It seemed like such a good idea to start a publication as a new year’s resolution. But it ended up doing my head in.
It was an unexpected drain on my time. There wasn’t a single day when someone didn’t argue about the photo policy (to use Unsplash, Pixabay, Pexels or your own pics). So I was constantly rejecting stories because people were submitting images that weren’t licenced for use behind a paywall.
No one was reading the licencing terms on their CC images properly, so it was always up to me to check. It felt like I was the only one who cared! To be honest, I couldn’t be 100% confident that people’s crediting was accurate either — and that can lead to legal issues if they’re not.
It was mentally exhausting. I rejected half the articles. I rejected all of them some days — for the same reasons. I was having the same conversations over and over. I felt I was saying ‘no’ all the time.
It was a waste of people’s time and a waste of my time.
I was rubbing people up the wrong way and annoying more people than I was making friends!
But I also had some amazing contributors. For those I was grateful.
I needed a break
Overall, I was starting to feel that I needed to take a break from Medium. But I couldn’t, because I had to manage the publication, to keep publishing, to keep it fresh.
I couldn’t just walk away.
I started to ponder the wisdom of starting a publication at all! There had been many times I’d regretted it, while arguing about photo licencing issues. Now I was thinking, how is this going to work when I go away for two weeks in the summer?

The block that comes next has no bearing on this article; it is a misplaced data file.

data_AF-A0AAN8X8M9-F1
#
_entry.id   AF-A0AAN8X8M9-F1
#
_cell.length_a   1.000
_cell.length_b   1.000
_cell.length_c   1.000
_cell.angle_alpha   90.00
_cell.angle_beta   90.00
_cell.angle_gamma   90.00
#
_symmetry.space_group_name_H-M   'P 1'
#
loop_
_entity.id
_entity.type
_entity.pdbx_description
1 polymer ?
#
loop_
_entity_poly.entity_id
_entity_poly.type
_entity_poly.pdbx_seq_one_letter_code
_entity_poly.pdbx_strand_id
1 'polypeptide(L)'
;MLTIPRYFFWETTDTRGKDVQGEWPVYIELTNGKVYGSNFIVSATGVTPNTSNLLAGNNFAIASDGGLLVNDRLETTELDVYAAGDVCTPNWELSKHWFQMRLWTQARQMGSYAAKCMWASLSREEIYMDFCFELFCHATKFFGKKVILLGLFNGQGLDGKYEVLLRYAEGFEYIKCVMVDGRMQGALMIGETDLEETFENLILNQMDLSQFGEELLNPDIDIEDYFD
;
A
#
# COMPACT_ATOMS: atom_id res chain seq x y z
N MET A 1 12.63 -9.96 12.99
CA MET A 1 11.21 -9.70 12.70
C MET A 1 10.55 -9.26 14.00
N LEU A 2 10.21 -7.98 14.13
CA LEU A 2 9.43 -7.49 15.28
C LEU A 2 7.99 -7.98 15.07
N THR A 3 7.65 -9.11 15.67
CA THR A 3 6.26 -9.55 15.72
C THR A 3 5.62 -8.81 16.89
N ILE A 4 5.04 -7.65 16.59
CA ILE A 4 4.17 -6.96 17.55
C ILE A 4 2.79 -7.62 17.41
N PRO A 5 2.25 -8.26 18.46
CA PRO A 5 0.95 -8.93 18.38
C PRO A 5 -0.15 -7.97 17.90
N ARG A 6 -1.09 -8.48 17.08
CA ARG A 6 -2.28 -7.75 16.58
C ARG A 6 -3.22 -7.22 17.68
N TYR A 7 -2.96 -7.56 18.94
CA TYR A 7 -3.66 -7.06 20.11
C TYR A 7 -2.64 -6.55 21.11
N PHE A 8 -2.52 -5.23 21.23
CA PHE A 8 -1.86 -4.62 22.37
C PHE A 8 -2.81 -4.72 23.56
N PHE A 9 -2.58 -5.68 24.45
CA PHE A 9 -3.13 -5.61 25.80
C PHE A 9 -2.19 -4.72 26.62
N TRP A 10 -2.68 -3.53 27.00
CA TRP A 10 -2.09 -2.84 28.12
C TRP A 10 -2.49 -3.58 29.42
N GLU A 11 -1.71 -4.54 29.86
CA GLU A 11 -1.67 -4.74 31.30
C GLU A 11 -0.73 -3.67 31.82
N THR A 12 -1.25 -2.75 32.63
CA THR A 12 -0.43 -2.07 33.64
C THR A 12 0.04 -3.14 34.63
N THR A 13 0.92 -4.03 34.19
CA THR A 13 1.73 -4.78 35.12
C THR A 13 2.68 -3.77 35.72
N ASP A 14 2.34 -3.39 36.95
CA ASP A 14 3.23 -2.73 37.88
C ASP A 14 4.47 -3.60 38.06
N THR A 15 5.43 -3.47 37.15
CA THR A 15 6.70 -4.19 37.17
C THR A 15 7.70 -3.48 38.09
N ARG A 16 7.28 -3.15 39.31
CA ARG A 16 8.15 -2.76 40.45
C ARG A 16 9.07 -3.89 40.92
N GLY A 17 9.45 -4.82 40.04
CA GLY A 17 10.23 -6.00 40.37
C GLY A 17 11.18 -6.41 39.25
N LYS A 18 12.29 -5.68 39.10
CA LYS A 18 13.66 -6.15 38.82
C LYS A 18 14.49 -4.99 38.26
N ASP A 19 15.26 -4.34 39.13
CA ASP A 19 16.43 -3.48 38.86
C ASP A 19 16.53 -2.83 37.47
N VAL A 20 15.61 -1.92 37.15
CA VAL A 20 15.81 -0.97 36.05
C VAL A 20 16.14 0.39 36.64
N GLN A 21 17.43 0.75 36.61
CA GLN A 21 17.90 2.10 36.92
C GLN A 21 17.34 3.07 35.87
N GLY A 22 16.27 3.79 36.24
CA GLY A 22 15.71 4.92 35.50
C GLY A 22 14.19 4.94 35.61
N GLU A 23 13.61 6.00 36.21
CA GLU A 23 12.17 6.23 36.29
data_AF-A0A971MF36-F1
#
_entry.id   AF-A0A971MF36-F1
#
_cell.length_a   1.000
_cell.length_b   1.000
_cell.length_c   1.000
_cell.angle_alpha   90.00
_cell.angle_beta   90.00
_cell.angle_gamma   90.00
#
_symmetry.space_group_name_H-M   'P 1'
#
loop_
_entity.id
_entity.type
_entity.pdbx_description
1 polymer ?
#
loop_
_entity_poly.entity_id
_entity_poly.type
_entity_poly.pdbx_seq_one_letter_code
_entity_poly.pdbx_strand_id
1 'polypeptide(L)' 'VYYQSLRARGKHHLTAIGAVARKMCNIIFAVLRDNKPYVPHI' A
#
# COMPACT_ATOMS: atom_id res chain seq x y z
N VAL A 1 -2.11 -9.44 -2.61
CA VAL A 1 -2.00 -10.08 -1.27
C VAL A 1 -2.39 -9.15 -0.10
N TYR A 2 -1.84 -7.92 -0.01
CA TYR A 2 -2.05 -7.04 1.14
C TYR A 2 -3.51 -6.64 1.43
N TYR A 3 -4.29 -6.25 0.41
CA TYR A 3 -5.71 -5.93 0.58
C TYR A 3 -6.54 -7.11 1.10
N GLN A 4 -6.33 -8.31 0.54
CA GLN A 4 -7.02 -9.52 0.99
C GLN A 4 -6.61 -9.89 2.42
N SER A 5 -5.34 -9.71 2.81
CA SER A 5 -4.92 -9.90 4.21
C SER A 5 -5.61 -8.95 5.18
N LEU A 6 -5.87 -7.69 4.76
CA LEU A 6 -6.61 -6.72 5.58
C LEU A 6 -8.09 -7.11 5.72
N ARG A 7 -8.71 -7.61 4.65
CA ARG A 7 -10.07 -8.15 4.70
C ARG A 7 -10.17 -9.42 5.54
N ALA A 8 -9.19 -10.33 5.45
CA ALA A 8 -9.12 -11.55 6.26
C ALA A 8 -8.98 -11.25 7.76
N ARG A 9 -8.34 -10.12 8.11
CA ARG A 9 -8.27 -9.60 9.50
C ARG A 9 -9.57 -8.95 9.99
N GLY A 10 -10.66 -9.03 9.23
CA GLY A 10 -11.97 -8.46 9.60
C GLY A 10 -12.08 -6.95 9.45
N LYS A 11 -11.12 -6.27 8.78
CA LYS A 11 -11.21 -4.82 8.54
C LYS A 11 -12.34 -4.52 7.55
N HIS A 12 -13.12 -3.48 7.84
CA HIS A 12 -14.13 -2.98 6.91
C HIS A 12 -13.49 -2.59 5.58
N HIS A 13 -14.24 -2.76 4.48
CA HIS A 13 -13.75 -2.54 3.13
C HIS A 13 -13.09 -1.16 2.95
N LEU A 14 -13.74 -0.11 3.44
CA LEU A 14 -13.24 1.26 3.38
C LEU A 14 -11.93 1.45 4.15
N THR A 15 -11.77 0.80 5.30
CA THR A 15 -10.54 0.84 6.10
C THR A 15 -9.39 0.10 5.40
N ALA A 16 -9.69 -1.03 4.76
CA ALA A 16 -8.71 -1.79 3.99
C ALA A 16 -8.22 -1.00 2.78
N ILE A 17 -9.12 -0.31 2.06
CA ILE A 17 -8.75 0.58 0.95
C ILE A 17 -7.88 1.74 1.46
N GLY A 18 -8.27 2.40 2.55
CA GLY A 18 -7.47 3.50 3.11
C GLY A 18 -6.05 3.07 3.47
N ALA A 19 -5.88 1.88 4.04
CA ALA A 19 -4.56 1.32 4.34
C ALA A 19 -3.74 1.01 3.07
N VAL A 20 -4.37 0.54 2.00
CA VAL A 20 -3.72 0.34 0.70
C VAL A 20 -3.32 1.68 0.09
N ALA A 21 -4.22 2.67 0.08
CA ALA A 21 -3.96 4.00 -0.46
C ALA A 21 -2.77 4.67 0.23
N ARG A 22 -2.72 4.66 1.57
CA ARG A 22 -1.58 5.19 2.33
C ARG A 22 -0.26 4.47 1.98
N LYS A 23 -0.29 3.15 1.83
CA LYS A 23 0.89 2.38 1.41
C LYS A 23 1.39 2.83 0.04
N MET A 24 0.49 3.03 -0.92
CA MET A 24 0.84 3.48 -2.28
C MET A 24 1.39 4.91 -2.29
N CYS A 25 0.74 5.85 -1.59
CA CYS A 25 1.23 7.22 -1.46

My husband felt there was a security risk if I was seen to be away. And I didn’t like the idea of putting the burden on someone else to edit it in my absence.
I was also using a slow, clunky plagiarism checker, which occasionally flagged websites that were blocked by my internet service provider. This didn’t exactly speed things up. And it posed a risk to our internet security if I wanted to override the blocked site.
With the combination of hassle, time, arguments, and concerns over legal issues, I’d spent hours looking at creative commons licences — that the writers who submitted them couldn’t be bothered to read. I’d pored over legal websites, trying to work out if something was legal. It was a drain on my time and it was exhausting.
The situation improved after I ousted a repeat offender, but to be honest, one contributor then raised the issue of getting sued for using creative commons images — even Unsplash — which put me in another quandary.
I was so stressed after reading about copyright trolls, I felt I needed to step back.
As I embarked on another evening spent trawling a legal website, worried about a possible legal implications of someone else’s story, my husband said, “You’re spending all this time reading legal websites, stressing about licences — and for what? You’re not earning more on your own stories for all this hassle!”
He was right of course. The publication hadn’t attracted noticeably more readers to my stories.
So I decided to put the publication on hold. I deleted all writers and explained that I needed a break. It was a relief. I decided I’m not cut out to be an editor.
I then decided to close it…. even though it seemed like a shame.
I think you need a high tolerance for risk to be an editor, and a relaxed attitude. I have a very low tolerance for risk, and a high anxiety level if I’m placed in a conflict situation.
I also have more important things to worry about…
My husband had been diagnosed with cancer. We are currently on an 80% raw vegan diet, trying to shrink it. We need to keep our mental health in check and our stress levels down. Remarkably, our intervention seems to have worked!
I’m Not Saying We’ve Cured Cancer, but My Husband Has “No Detectable Abnormality” - The cancer has gone away
So I’m focusing on publishing in other publications, under the radar, using all my own pics!
© Susie Kearley 2023. All Rights Reserved.
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